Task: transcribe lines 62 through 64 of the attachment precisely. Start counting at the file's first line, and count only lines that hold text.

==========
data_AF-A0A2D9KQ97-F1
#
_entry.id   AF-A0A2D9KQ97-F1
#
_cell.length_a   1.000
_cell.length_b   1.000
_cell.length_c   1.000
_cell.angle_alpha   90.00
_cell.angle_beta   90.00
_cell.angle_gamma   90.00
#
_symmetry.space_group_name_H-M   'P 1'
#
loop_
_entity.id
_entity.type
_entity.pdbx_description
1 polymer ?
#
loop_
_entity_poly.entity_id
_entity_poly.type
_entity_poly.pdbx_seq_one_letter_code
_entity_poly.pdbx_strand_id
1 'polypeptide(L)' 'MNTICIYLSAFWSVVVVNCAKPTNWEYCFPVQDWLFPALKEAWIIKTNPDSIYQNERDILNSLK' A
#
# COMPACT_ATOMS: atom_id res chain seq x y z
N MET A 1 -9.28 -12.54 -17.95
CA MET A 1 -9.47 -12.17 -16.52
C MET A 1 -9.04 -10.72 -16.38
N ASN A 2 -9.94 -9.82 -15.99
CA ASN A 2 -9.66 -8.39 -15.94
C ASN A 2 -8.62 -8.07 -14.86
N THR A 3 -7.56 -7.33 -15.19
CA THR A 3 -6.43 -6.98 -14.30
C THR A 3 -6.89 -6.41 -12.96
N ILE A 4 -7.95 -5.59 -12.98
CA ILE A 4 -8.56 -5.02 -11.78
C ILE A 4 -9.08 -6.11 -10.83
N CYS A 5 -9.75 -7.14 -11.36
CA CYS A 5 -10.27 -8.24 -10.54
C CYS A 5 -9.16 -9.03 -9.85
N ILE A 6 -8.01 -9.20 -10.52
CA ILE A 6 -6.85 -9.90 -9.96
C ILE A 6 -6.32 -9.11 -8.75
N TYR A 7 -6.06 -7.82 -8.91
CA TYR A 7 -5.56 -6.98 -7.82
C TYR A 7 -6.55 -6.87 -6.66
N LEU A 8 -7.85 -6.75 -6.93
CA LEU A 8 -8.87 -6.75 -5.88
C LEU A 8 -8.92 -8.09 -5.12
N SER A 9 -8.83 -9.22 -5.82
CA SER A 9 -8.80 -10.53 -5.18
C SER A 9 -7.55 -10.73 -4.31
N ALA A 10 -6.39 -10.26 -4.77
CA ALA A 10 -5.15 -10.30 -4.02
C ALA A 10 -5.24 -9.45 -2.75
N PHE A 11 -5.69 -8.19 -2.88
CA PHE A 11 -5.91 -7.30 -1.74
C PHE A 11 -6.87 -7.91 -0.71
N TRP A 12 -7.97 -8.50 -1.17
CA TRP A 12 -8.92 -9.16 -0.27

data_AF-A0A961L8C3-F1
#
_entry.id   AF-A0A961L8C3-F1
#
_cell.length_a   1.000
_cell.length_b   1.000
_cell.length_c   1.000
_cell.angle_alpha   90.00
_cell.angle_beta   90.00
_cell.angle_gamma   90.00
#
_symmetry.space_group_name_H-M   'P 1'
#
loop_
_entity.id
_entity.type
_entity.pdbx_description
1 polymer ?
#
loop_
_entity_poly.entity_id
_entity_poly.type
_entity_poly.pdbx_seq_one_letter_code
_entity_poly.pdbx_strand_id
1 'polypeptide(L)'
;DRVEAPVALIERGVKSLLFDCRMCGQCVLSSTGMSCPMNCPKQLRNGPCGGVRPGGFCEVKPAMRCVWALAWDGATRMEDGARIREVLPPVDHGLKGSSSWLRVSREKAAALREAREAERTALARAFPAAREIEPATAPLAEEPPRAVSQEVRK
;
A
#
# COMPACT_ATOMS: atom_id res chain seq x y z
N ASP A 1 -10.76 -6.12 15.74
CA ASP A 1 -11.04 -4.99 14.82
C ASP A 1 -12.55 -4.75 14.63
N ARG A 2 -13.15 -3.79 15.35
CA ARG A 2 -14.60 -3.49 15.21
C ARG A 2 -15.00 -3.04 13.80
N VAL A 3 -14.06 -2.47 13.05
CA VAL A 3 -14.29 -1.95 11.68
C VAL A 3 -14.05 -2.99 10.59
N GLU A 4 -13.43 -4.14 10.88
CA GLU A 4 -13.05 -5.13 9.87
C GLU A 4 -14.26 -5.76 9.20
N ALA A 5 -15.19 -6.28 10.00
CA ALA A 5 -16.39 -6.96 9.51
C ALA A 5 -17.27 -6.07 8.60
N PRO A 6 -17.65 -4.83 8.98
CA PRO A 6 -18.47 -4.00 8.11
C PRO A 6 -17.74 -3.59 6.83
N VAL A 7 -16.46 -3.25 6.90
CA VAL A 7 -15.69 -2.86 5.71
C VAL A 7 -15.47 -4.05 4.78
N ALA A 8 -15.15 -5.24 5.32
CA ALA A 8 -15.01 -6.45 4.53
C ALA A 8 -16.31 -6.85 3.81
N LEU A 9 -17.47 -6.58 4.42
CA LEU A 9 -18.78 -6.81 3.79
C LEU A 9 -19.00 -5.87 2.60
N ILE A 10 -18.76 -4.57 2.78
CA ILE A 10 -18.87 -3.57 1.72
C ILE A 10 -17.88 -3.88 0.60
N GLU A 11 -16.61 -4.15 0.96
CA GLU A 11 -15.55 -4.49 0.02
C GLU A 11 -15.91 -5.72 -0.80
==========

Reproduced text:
CA TRP A 12 -8.92 -9.16 -0.27

data_AF-A0A961L8C3-F1
#